Five Acres High ‘Student Voice’ has designs on making Coleford plastic-free
Pupils from Five Acres High School ‘Student Voice’ have been showing their support for the environment by getting behind the Plastic Free Coleford campaign which was launched over the weekend at this year’s Coleford Music Festival.
The pilot project, which is a joint initiative between Coleford Town Council and the Forest of Dean District Council, is investigating how the use of single-use plastics (SUPs) can be reduced in the town. Typically single-use products include plastic drinks bottles, straws, cutlery and takeaway food containers, including Styrofoam trays, but these are just the tip of the plastic problem.
Students at Five Acres were invited to design a logo for the campaign, with the winning motif being created by Savannah James. Designs by pupils Ellena Brackston and Amy Cooke were also highly commended.
Bekki Smith, Teacher and Student Voice Lead at Five Acres High, who has been working with the students on the project said: ‘The school is very proud to be part of the Plastic Free Coleford campaign. The Student Voice team has seen recent news reports and television programmes about the effect that plastic can have on the environment and on marine life and Five Acres High School students wanted to be proactive in helping find solutions to those single-use plastics used in our daily lives.’
‘The school restaurant has already taken up the ‘plastic-free’ challenge and made the move to offering recycled wooden cutlery – as opposed to plastic – and is looking at options to reuse and reduce the number of water bottles sold,’ she added.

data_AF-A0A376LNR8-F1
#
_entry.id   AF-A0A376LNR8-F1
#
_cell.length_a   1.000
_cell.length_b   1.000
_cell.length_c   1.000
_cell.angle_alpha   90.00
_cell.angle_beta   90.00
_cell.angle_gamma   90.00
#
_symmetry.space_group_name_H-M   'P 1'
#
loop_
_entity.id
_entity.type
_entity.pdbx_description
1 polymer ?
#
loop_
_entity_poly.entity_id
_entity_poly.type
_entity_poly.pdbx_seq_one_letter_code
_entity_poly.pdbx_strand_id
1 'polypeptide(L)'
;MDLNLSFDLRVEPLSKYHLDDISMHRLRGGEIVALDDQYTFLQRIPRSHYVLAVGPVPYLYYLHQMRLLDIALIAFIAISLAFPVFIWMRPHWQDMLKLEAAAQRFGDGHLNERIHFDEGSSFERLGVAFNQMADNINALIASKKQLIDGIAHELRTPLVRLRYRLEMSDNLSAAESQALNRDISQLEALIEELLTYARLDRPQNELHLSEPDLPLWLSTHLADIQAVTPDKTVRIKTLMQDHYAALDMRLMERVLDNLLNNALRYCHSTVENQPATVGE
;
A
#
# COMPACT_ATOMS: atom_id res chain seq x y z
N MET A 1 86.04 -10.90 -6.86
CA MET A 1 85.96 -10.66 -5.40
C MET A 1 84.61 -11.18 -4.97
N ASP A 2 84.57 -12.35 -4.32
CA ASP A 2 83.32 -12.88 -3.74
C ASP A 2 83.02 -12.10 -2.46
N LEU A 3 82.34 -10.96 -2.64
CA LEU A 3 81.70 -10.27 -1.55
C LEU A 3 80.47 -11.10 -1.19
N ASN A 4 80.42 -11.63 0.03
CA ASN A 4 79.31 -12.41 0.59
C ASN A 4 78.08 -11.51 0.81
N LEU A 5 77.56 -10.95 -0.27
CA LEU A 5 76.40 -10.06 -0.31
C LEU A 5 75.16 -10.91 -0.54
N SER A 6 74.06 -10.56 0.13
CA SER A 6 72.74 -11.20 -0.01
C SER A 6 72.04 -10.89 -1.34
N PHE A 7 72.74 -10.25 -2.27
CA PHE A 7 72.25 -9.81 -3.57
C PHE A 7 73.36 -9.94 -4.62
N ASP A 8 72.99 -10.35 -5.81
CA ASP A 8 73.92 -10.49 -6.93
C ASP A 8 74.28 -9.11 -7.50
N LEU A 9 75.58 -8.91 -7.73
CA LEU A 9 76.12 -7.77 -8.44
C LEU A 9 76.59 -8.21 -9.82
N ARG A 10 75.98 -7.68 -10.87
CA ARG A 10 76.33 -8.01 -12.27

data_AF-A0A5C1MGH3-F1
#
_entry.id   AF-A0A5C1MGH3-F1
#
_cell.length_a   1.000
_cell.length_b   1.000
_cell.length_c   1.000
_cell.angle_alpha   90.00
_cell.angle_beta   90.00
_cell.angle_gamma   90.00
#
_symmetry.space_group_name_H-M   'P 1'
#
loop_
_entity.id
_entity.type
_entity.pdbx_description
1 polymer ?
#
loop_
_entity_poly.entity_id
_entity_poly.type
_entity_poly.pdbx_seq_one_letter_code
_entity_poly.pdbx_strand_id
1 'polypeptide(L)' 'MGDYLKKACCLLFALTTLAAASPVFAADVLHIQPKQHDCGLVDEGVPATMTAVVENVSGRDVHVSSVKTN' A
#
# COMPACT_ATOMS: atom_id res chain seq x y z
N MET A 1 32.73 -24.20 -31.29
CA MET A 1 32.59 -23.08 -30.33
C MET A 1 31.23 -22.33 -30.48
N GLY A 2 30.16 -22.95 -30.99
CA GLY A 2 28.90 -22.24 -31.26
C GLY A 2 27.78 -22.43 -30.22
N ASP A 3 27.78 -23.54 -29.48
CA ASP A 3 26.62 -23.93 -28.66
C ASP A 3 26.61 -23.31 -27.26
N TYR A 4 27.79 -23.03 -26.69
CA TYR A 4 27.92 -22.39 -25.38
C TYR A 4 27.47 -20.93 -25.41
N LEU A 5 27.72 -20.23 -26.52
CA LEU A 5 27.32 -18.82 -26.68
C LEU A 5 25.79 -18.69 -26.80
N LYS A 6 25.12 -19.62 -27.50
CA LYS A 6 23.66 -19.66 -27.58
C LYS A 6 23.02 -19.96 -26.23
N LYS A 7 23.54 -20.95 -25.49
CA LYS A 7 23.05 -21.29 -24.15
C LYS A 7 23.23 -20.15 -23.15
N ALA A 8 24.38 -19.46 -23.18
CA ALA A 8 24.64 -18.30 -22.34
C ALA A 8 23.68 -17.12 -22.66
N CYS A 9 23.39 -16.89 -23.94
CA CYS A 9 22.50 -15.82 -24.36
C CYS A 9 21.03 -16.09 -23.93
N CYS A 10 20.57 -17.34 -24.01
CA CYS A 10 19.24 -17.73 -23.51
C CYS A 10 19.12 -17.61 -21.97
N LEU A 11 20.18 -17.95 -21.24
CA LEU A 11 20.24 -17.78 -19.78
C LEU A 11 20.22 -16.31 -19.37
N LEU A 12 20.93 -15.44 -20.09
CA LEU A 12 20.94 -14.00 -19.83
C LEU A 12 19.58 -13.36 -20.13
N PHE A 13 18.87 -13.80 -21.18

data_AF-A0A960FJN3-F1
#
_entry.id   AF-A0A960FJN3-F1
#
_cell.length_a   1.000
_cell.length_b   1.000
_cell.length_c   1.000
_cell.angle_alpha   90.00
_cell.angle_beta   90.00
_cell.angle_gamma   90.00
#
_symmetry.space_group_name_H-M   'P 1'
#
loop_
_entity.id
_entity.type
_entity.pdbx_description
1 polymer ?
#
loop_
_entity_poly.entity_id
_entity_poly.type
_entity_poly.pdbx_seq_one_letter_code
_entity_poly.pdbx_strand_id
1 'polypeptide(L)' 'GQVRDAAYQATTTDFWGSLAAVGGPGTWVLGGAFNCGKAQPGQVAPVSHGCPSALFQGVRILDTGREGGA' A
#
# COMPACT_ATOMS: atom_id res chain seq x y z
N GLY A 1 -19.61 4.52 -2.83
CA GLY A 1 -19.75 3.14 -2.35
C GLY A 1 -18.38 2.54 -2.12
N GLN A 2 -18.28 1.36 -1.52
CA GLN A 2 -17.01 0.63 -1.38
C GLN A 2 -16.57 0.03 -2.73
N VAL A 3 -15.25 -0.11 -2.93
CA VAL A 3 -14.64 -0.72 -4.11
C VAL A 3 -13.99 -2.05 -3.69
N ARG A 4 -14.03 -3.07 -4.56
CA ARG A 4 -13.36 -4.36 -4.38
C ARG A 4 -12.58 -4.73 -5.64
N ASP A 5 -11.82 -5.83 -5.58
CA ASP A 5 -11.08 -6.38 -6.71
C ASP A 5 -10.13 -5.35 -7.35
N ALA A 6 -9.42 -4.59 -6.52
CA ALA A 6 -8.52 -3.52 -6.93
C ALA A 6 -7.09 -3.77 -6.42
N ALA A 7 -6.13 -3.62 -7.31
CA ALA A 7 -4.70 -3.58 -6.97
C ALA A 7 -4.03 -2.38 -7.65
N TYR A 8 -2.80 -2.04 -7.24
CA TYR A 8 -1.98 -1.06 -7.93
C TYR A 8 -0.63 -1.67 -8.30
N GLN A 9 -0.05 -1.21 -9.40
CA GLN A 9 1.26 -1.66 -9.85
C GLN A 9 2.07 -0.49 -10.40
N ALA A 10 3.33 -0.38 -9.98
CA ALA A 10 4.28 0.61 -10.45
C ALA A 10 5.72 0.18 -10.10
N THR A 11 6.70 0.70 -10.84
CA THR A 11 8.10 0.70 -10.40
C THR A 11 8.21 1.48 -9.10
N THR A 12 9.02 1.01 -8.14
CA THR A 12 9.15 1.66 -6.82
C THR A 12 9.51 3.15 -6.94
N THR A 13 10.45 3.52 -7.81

Coleford Town Mayor and Councillor Nick Penny said: ‘It has been great to see the level of interest by the Student Voice students on this important environmental issue. Along with that, some positive discussions were had at the Plastic Free Coleford stand at the music festival. One aim of the project is to try and reduce the amount of SUPs being used at local events and we were delighted that for the first time visitors to the festival were able to purchase a reusable plastic drinks cup to minimise the amount of throwaway plastic glasses being used.’
Councillor Sid Phelps, Cabinet Member for the Environment, Wildlife, Heritage and Culture at the Forest of Dean District Council said: ‘The Government’s ban on some ‘use once’ plastic items - such as plastic-stemmed cotton buds, straws and drinks stirrers - is due to come into force next year. However, with concerns about the environment escalating, there are steps which we can all take to make changes right now, simply by making more conscious and informed choices about what we buy. In addition to working with our local schools, we will be speaking to traders and the wider Coleford community about how best we can reduce the amount of single-use plastics currently being used in the town.’
If successful it is hoped that the project can act as a template for other local towns and villages looking to make the change.